National Olympic teams are using machine learning to gain an edge in competition over their opponents at the Tokyo Olympic Games 2020. Machine learning technologies are being used at the international sports event from athlete data tracking, coaches' real-time feedback that can tell athletes when to train and when to stop, to predicting sports injuries with algorithms. Machine learning algorithms analyze athlete data collected from multiple systems like Alibaba Group and Intel which partnered to run a 3D athlete-tracking system that allows coaches to probe into every minute movement of their Olympic athletes. The system relies on algorithms to understand the biomechanics of the movement of athletes captured by cameras and estimate the position of key body joints. As a field of artificial intelligence, computer vision enables machines to perform image processing tasks with the aim of imitating human vision.
'The show must go on,' an often heard sentence that makes absolute sense in the pandemic hit the world. Yes, it all became at the end of 2019 when Covid-19 was first reported in Wuhan. Later, the virus spread across the globe and pushed governments to impose strict lockdowns. An international sports event that was supposed to take place in 2020 got delayed and finally, when people started living with the virus in 2021, the IOC and Japan, the host country, came forward to go on with it. One of the most welcomed guests in the summer Tokyo Olympics is artificial intelligence.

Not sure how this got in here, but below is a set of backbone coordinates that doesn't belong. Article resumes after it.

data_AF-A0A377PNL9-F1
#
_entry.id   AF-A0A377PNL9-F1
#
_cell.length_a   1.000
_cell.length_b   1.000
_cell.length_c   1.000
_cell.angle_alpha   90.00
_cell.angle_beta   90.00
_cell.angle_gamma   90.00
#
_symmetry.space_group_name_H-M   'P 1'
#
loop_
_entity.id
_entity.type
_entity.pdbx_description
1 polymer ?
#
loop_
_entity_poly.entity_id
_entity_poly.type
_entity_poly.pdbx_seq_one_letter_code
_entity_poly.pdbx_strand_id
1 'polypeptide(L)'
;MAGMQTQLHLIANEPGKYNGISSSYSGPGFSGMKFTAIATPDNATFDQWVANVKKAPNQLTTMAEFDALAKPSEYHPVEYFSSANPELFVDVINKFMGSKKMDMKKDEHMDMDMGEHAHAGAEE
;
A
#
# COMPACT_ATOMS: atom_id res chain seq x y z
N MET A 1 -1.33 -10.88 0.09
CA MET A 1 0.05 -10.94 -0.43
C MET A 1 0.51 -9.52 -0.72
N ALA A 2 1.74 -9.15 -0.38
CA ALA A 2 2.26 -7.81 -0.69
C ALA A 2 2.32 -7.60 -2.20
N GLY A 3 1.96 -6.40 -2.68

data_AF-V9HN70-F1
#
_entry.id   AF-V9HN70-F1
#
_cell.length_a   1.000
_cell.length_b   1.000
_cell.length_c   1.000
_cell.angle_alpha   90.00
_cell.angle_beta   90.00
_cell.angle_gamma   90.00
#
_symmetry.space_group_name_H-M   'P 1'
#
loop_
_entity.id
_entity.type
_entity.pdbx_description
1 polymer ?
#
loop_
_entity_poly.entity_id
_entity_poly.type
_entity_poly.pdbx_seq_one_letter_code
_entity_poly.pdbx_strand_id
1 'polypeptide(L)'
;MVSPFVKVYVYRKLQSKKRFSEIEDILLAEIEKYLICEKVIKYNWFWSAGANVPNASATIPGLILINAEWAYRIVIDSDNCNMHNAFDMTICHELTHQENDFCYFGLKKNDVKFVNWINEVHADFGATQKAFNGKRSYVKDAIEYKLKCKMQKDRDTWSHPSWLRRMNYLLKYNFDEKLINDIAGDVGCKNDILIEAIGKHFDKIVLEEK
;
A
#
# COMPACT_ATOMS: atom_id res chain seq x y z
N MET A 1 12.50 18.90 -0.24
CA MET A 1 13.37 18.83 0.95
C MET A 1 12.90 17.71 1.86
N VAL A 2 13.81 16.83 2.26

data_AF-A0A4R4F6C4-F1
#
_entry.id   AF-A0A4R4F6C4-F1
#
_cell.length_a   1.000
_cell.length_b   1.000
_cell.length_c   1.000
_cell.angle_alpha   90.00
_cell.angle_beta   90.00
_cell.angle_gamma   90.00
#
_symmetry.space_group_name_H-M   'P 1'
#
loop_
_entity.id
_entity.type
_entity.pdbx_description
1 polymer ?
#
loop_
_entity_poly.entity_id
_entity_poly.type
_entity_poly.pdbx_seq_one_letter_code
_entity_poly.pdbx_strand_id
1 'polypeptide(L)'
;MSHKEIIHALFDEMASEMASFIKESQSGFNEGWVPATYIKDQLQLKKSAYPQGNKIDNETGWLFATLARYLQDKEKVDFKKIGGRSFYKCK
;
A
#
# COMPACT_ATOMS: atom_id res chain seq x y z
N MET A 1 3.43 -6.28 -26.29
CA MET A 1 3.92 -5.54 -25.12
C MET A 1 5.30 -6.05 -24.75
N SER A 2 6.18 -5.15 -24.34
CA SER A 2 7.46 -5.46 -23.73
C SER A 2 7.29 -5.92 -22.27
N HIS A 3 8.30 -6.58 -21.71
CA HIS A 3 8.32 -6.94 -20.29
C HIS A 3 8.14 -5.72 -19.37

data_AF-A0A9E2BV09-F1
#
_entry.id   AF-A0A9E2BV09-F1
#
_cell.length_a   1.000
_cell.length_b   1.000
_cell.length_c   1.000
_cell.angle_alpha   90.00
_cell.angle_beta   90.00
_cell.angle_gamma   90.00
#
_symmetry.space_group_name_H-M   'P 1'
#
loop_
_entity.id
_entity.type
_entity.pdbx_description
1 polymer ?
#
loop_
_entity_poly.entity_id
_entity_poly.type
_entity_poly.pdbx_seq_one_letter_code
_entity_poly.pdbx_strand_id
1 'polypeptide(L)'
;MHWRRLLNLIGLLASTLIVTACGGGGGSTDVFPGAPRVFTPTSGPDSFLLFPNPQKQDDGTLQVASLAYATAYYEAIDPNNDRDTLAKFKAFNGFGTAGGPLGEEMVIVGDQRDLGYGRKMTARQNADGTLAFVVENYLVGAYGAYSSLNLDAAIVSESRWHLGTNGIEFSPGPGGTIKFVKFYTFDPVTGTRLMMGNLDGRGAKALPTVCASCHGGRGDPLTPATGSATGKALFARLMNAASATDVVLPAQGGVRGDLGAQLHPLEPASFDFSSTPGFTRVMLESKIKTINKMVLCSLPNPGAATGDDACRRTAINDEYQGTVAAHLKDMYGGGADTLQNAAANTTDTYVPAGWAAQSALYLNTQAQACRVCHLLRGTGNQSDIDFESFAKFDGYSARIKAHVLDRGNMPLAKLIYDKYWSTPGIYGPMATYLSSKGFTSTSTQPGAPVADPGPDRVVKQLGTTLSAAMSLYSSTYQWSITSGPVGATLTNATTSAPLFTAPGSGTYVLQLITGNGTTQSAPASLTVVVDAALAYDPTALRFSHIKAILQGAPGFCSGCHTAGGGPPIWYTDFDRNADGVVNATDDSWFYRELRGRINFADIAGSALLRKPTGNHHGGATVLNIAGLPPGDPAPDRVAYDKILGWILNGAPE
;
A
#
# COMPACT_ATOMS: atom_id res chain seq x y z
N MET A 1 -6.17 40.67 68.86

After being delayed due to the coronavirus pandemic, the 2020 Olympics schedule is in full swing, albeit without spectators in the stands. Aside from featuring top athletic competition from nations around the globe, the quadrennial event is also showcasing several cutting-edge innovations ranging from robotics and artificial intelligence to virtual reality training solutions, carrying on a tradition of Olympic tech innovation history. "The Olympic Games have always been a catalyst and showcase for innovation, and when Tokyo last hosted the event, in 1964, it saw satellites used to relay live pictures to a global audience for the first time, as well as the debuts of close-pickup microphones and slow-motion replays," reads a portion of an Olympic blog post. Historically, human beings have traditionally located, chased down and seized game balls during Olympic competitions. But at the 2020 games, spectators may catch a glimpse of a few bots retrieving these spheres and other equipment during gameplay.